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Original research
Tirofiban versus aspirin to prevent in-stent thrombosis after emergent carotid artery stenting in acute ischemic stroke
  1. Manuel Medina-Rodriguez1,2,
  2. Diego Villagran1,
  3. Antonio Cristobal Luque-Ambrosiani3,
  4. Juan Antonio Cabezas-Rodríguez1,2,
  5. Leire Ainz-Gómez1,2,
  6. Pablo Baena Palomino1,2,
  7. Blanca Pardo-Galiana1,2,
  8. Aynara Zamora2,
  9. Asier de Albóniga-Chindurza2,4,
  10. Marta Aguilar-Perez2,4,
  11. Alejandro González2,4,
  12. Francisco Moniche1,2,
  13. Elena Zapata-Arriaza2,4
    1. 1Stroke Unit, Department of Neurology, Virgen del Rocio University Hospital, Sevilla, Spain
    2. 2Neurovascular Laboratory, Instituto de Biomedicina de Sevilla IBiS/University Hospital Virgen del Rocio/CSIC/University of Seville, Sevilla, Spain
    3. 3Department of Neurology, Virgen del Rocio University Hospital, Sevilla, Spain
    4. 4Department of Radiology, Interventional Neuroradiology, Virgen del Rocío University Hospital, Seville, Spain
    1. Correspondence to Dr Elena Zapata-Arriaza, Department of Interventional Neuroradiology, Hospital Universitario Virgen del Rocio, Seville, Seville, Spain; elena.zpt{at}


    Background Several antithrombotic treatments during emergent carotid artery stenting (eCAS) have been proposed, but an appropriate protocol to balance risk–benefit is not well known.

    Objective To investigate the efficacy and safety of tirofiban compared with aspirin in patients with acute ischemic stroke undergoing eCAS.

    Methods We conducted a retrospective single-center study of the prospective ARTISTA Registry, including patients with atherosclerotic internal carotid artery occlusion treated with eCAS. Two groups, according to antiplatelet drug, were studied: aspirin (250–500 mg single-dose) versus tirofiban (500 μg bolus+200 μg/h). Primary outcomes were the rate of in-stent thrombosis and symptomatic intracranial hemorrhage (sICH) within the first 24 hours.

    Results During the period 2019–2023, 181 patients were included, 103 received aspirin, 78 tirofiban; 149 (82.3%) had tandem lesions. The primary efficacy outcome occurred in 9 (9.4%) in the aspirin group, as compared with 1 (1.3%) in the tirofiban group (adjusted odds ratio (aOR)=0.11, 95% CI 0.01 to 0.98; P=0.048). The primary safety outcome was detected in 12 (11.7%) in the aspirin group, as compared with 2 (2.6%) in the tirofiban group (aOR=0.16, 95% CI 0.03 to 0.87; P=0.034). The tirofiban group presented a lower risk of parenchymal hemorrhage (18 (17.4%) vs 4 (5.2%), aOR=0.27, 95% CI 0.09 to 0.88; P=0.029) and an increased rate of excellent recanalization (expanded Treatment in Cerebral Infarction (eTICI) 2c–3) (50 (48.5%) vs 54 (69.2%); aOR=2.15, 95% CI 1.12 to 4.13; P=0.02). There were no differences in functional outcomes or mortality at 3 months.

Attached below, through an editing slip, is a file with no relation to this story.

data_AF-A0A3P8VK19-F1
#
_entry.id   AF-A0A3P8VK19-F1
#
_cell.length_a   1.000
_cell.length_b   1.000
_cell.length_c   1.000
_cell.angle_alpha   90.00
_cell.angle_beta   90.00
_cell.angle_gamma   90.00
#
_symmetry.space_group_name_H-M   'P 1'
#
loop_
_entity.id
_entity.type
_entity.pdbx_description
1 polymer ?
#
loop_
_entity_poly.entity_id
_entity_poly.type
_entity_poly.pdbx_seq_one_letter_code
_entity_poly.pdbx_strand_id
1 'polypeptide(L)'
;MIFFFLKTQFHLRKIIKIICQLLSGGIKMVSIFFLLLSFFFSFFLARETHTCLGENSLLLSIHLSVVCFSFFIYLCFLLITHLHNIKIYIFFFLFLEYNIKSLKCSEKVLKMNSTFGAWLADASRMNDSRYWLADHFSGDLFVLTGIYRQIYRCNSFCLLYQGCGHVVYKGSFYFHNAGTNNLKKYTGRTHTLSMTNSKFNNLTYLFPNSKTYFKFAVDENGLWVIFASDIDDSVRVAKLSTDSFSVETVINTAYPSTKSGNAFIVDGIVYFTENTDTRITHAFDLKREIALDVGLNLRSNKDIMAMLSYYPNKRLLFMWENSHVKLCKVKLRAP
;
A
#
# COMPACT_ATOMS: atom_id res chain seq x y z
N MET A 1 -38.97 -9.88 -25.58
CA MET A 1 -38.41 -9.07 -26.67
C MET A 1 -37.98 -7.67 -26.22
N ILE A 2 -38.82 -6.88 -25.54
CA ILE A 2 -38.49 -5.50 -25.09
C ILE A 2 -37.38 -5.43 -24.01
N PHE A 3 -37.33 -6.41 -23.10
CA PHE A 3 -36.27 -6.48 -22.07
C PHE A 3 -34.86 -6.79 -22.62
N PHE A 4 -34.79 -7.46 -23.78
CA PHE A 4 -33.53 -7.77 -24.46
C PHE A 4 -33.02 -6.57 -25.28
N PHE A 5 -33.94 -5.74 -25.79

Conclusions Periprocedural antithrombotic therapy with tirofiban was associated with a lower risk of in-stent thrombosis and sICH at 24 hours from eCAS compared with aspirin. Prospective randomized clinical trials are needed to confirm our results.

    • stroke
    • stent
    • thrombectomy
    • platelets

    Data availability statement

    All data relevant to the study are included in the article or uploaded as supplementary information.

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    Data availability statement

    All data relevant to the study are included in the article or uploaded as supplementary information.

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    • X @baenap07, @ELeNaZapS

    • Contributors MM-R, FM, AG, and EZ-A conceived the idea and designed the study. MM-R, DV, and ACL-A collected data of carotid potency. MM-R and AZ performed the statistical analysis. MM-R, FM, JAC-R, LA-G, BP-G, and PBP performed carotid Doppler ultrasound scans. AdA-C, MA-P, AG, and EZA revised all data of the endovascular procedure. All authors recruited patients, collected data, and provided and cared for study patients. MM-R wrote the manuscript. FM and EZ-A supervised and guided writing of the main manuscript. EZ-A is responsible for the overall content as guarantor.

    • Funding This project was funded by the Instituto de Salud Carlos III (ISCIII) through the project PI21/01322 and co-funded by the European Union. The Spanish Clinical Research Network (SCReN-Code:21.033) also contributed to the study. The ITRIBiS project (Improving Translational Research Potential at the Institute of Biomedicine of Seville) has the registration number REGPOT-2013-1. MM-R was granted a Rio Hortega contract (CM21/00096). The project was included in the Spanish research network “Redes de Investigación Cooperativa Orientadas a Resultados en Salud” (RICORS-ICTUS) (RD21/0006/0015).

    • Competing interests None declared.

    • Provenance and peer review Not commissioned; externally peer reviewed.

    • Supplemental material This content has been supplied by the author(s). It has not been vetted by BMJ Publishing Group Limited (BMJ) and may not have been peer-reviewed. Any opinions or recommendations discussed are solely those of the author(s) and are not endorsed by BMJ. BMJ disclaims all liability and responsibility arising from any reliance placed on the content. Where the content includes any translated material, BMJ does not warrant the accuracy and reliability of the translations (including but not limited to local regulations, clinical guidelines, terminology, drug names and drug dosages), and is not responsible for any error and/or omissions arising from translation and adaptation or otherwise.